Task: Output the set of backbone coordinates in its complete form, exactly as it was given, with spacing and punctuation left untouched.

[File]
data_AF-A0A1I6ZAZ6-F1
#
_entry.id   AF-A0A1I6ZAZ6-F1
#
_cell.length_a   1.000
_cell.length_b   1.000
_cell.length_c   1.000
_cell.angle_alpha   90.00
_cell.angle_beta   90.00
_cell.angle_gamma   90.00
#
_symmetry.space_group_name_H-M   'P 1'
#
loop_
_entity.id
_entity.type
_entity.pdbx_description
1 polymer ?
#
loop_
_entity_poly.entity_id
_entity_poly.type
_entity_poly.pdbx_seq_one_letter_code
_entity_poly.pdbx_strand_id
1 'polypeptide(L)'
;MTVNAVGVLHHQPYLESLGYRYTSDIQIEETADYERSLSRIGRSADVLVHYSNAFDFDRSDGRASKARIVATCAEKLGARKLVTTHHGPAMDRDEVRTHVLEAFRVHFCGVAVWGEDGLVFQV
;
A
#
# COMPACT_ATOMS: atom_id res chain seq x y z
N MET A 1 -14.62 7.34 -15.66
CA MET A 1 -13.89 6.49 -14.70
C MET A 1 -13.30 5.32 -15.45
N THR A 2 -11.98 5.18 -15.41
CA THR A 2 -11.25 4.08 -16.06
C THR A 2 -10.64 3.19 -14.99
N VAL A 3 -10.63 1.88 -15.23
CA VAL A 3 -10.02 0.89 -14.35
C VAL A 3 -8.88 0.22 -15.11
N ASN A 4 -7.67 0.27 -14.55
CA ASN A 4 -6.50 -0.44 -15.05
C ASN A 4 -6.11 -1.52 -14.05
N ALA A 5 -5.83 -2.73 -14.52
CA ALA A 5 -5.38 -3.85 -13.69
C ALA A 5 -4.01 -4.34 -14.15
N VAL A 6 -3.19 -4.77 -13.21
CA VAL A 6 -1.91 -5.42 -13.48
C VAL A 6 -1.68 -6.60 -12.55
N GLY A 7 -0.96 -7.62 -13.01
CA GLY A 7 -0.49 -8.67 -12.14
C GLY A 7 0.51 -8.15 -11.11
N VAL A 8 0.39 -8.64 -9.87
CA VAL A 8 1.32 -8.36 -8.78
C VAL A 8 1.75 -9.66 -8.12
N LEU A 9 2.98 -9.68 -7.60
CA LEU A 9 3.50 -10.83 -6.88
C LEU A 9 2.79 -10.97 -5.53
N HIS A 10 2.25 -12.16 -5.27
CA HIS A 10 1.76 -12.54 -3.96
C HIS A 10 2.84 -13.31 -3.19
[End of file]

data_AF-A0A1I6ZAZ6-F1
#
_entry.id   AF-A0A1I6ZAZ6-F1
#
_cell.length_a   1.000
_cell.length_b   1.000
_cell.length_c   1.000
_cell.angle_alpha   90.00
_cell.angle_beta   90.00
_cell.angle_gamma   90.00
#
_symmetry.space_group_name_H-M   'P 1'
#
loop_
_entity.id
_entity.type
_entity.pdbx_description
1 polymer ?
#
loop_
_entity_poly.entity_id
_entity_poly.type
_entity_poly.pdbx_seq_one_letter_code
_entity_poly.pdbx_strand_id
1 'polypeptide(L)'
;MTVNAVGVLHHQPYLESLGYRYTSDIQIEETADYERSLSRIGRSADVLVHYSNAFDFDRSDGRASKARIVATCAEKLGARKLVTTHHGPAMDRDEVRTHVLEAFRVHFCGVAVWGEDGLVFQV
;
A
#
# COMPACT_ATOMS: atom_id res chain seq x y z
N MET A 1 -14.62 7.34 -15.66
CA MET A 1 -13.89 6.49 -14.70
C MET A 1 -13.30 5.32 -15.45
N THR A 2 -11.98 5.18 -15.41
CA THR A 2 -11.25 4.08 -16.06
C THR A 2 -10.64 3.19 -14.99
N VAL A 3 -10.63 1.88 -15.23
CA VAL A 3 -10.02 0.89 -14.35
C VAL A 3 -8.88 0.22 -15.11
N ASN A 4 -7.67 0.27 -14.55
CA ASN A 4 -6.50 -0.44 -15.05
C ASN A 4 -6.11 -1.52 -14.05
N ALA A 5 -5.83 -2.73 -14.52
CA ALA A 5 -5.38 -3.85 -13.69
C ALA A 5 -4.01 -4.34 -14.15
N VAL A 6 -3.19 -4.77 -13.21
CA VAL A 6 -1.91 -5.42 -13.48
C VAL A 6 -1.68 -6.60 -12.55
N GLY A 7 -0.96 -7.62 -13.01
CA GLY A 7 -0.49 -8.67 -12.14
C GLY A 7 0.51 -8.15 -11.11
N VAL A 8 0.39 -8.64 -9.87
CA VAL A 8 1.32 -8.36 -8.78
C VAL A 8 1.75 -9.66 -8.12
N LEU A 9 2.98 -9.68 -7.60
CA LEU A 9 3.50 -10.83 -6.88
C LEU A 9 2.79 -10.97 -5.53
N HIS A 10 2.25 -12.16 -5.27
CA HIS A 10 1.76 -12.54 -3.96
C HIS A 10 2.84 -13.31 -3.19